Thursday, July 24, 2014

     I only have 4 days left in the CCM!  Crazy.  To be fair, I did want to get out to the field my first week, but now I'm glad I didn't.  I've had a lot of good experiences.
     Speaking of which, EL CAMPO.  It was the best day of my mission, no holds barred.  I can't wait to go again tomorrow.  My companion was Hermana Hernandez from Chile, and as soon as I got her we gave each other a hug and she whispered, "just so you know, this is the best companionship."  My companion said to me later, "of course you would get the really outgoing one."  We talked in Spanish the whole day, which was nice.  We taught a lot of lessons and visited a lot of investigators.  One of my favorite experiences was when we visited a recent convert who was preparing to receive the priesthood.  We went in his house (he's probably 15) and inside were like 6 or 8 little kids who all just were dying to participate in the lesson!  We sang I Am a Child of God together and then they fought over who got to say the opening prayer, which I've never seen before.  Then we taught our lesson.  While the member was getting his scriptures one of the kids asked me if I was Italian, which really came out of nowhere.  I think an Italian would speak better Spanish.  They were all so cute, and it was very spiritual.
     Today we watched a devotional given by Elder Bednar and his wife this January, and they touched on a point that I wanted to mention.  Two weeks before I left on my mission, I was asked to teach a lesson on the priesthood, and I don't think I did a good enough job of explaining, and now I have actual apostle quotes.  "The priesthood is the authority to act in God's name.  It is not male."  He explained that anyone can have the authority to act in God's name and it is through men that we receive this authority, as a Bishop or a Relief Society President or anything.  I have been called by a prophet of God to speak in His name as a representative of Jesus Christ.  I have this authority.  I may not get in the waters of baptism with my converts, but that does not diminish the fact that I taught them the lessons and they have discovered the truth through me.  There is no inequality in God's kingdom.  You see this in the scriptures every time people act righteously.  It happened under King Benjamin, under Captain Moroni and Pahoran, and for close to 300 years after Christ visited the Americas.  "And there was no inequality among them."  I know that I have been called of God to Preach His Gospel and that there is no work more important in the entire world.  I know that the Book of Mormon is the word of God and through it and through prayer we may know His will for us.  I know that while we may not be able to see what comes, we can know that we can cross those plains, ford those seas, and climb those mountains if we trust in Jesus Christ.  We can do anything through Him.  I love this gospel, and I love all of you, and I want you to know that I know that God and Jesus Christ live and their gospel has been restored on this earth.  There is nothing that can make us happier though we search for a thousand years.  I bear this, my testimony, in the name of Jesus Christ.  Amen.
Sister Kirkland

Thursday, July 17, 2014

     Today my district and Alma district were studying, and one of the teachers came in.  I don't remember how it came up, but he said, "There are only two seasons in the Dominican Republic; verano (summer) and infierno."  I would say that that is appropriate, though I've actually kind of gotten used to the humidity.  And the heat.  Plus I think infierno would have more of a dry heat, but then again, I really don't like humidity.  You can sweat out half your body weight just going outside.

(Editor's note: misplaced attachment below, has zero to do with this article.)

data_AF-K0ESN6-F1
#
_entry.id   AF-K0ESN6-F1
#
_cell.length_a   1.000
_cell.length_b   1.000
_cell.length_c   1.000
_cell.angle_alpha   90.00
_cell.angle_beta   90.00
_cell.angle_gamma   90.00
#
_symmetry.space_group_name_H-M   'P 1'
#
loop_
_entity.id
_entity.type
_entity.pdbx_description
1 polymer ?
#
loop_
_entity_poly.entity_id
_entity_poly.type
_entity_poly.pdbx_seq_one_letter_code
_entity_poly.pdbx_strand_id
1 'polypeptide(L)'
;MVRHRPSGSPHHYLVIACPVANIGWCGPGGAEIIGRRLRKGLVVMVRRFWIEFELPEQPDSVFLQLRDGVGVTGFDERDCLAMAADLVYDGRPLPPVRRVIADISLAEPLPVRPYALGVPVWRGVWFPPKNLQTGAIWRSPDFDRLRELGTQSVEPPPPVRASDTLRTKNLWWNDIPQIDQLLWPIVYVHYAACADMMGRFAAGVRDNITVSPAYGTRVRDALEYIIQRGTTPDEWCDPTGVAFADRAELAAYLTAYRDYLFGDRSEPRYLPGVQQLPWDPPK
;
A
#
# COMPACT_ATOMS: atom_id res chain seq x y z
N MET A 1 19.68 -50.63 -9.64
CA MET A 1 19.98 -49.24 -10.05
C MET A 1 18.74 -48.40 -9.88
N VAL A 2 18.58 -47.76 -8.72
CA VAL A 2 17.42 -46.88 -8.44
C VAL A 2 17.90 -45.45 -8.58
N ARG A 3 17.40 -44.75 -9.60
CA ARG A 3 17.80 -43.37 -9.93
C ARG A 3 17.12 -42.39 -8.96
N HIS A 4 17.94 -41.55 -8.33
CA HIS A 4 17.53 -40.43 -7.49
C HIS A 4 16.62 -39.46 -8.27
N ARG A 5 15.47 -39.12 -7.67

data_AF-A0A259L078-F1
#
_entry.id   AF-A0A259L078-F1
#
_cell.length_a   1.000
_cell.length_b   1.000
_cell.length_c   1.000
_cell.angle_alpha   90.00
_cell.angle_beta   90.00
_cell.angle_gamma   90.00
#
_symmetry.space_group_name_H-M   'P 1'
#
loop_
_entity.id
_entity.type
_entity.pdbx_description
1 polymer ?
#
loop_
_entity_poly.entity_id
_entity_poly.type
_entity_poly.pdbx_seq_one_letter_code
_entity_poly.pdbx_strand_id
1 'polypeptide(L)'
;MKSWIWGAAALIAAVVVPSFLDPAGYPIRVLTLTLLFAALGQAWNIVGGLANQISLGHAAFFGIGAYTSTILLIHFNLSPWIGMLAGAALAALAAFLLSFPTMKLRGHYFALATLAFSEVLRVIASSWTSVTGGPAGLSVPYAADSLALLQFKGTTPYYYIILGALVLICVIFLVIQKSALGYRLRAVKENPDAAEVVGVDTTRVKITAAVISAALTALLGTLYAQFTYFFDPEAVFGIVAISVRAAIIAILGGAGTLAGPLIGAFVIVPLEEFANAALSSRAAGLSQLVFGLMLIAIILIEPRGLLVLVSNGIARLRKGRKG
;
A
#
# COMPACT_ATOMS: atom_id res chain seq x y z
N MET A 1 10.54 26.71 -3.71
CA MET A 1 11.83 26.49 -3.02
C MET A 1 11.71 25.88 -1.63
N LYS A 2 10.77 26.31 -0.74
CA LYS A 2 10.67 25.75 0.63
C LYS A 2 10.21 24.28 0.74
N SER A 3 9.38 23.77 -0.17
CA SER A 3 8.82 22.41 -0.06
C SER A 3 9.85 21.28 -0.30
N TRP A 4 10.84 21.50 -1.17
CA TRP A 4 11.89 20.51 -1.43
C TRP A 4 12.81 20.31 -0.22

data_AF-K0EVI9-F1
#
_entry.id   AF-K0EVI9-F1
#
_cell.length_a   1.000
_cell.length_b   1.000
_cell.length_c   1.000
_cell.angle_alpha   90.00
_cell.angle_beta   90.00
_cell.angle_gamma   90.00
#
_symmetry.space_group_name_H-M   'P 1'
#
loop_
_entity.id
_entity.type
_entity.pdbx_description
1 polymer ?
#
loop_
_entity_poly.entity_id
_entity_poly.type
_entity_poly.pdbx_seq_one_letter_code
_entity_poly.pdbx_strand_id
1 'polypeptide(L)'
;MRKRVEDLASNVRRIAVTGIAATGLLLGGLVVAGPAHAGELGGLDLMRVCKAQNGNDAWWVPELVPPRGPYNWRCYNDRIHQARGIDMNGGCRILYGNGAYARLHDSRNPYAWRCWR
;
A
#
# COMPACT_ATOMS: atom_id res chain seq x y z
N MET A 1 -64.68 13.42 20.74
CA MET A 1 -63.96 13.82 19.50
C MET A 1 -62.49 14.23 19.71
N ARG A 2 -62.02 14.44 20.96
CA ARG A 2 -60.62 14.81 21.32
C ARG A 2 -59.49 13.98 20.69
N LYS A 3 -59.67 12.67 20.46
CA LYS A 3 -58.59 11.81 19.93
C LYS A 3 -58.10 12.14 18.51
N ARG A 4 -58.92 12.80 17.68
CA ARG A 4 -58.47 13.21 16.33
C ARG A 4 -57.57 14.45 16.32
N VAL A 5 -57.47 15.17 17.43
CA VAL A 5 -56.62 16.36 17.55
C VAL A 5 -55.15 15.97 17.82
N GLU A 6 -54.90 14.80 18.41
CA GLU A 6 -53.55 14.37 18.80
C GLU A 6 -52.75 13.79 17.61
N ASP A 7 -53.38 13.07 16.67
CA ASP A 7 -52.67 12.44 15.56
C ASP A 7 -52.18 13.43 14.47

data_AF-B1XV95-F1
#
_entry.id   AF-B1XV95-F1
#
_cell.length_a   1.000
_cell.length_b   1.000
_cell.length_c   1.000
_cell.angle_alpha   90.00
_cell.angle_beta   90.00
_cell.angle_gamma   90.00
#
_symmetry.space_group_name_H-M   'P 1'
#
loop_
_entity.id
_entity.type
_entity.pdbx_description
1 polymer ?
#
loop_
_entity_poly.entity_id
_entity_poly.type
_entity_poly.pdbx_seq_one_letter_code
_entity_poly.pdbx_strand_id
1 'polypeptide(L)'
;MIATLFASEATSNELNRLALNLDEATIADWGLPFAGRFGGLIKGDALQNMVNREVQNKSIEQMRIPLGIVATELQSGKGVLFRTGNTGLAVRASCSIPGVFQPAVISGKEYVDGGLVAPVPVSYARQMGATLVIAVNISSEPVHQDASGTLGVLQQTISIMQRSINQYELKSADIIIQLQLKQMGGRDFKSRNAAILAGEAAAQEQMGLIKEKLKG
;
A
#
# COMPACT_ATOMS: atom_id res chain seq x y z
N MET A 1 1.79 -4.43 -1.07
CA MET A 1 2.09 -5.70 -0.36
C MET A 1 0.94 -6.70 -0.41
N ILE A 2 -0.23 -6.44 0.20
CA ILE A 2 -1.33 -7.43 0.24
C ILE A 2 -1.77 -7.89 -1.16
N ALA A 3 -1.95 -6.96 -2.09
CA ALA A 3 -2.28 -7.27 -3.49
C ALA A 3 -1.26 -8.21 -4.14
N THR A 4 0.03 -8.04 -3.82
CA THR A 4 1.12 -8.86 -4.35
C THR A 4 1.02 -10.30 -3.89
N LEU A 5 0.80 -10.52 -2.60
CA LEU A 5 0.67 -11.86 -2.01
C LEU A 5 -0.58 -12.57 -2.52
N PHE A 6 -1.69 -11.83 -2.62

We'll see how used to it I really am tomorrow, because we're going out on splits!  Eight hours in the field tomorrow.  Super exciting.  Very scary.  It actually was a lot better going contacting last week.  We talked to one lady for forty-five minutes, and she was really excited!  But I made a mistake with numbers, and tried to make a joke out of it: "We know how to bear our testimonies, but haven't learned numbers, or colors, or whatever," and she I guess got really concerned and spent fifteen minutes explaining numbers and colors to us, so that was really special.  But she asked us when we had come to the country, and we said June eighteenth, and she asked, "last year?  Two years ago?" and we said no.  She thought that was really cool.  To be honest, so do I.
     I'm still super excited about being a missionary.  I've been out for a month but it still feels new.  I love it so much.
     The native speakers who are going into the field with us got here yesterday!  I haven't talked to them much, but there are a few coming to Puerto Rico, so I'm excited to get to know them.  Plus I'll really be able to improve my Spanish through talking to them.
     Before I forget: It's easy for me to send letters to y'all, but nigh unto impossible for me to receive them (thanks, Dominican Republic mail system).  So if you have sent me one, rest assured, I haven't received it, and also probably will never receive it.  Which also means there are people out there I want to write but haven't because I don't have your addresses.  So shoot me an email with your address, and I'll write a ton of letters during my flights (I leave July 29).
     Today I made my first mistake in English!  I was trying to say, "I didn't do anything" but accidentally said, "I didn't do nothing," which is consistent with Spanish grammar rules but not English.  It was funny.  It's getting really easy for me to speak fast like a Dominican, and easier to understand.  But I need to practice with the new missionaries.
    I'm running out of time!  But everyone should read 2 Nephi 31 this week.  With the old and new scripture mastery lists combined, 2 Nephi takes the prize for the most scripture masteries, beating Matthew and Isaiah.  I love you all!

Thursday, July 10, 2014

     Well, what a great week it has been.  Last Friday the MTC employees threw us a Thanksgiving Feast for the fourth of July.  The cafeteria was really festive.  I hadn't seen anything so patriotic sinceOur Favorite Son and we're not even in the country.
     Friday was also the day we walked down to the university to go contacting!  It was really hard.  So hard.  I feel confident in the language in the MTC, and then we go outside and realize that they aren't speaking Spanish, they're speaking Dominican.  Seriously.  No entiendo nada.  But next week we're getting a bunch of native Spanish speakers so I can speak with them.  (They speak even faster in Puerto Rico so I definitely have something to look forward to).  But we handed out some pamphlets and a Book of Mormon.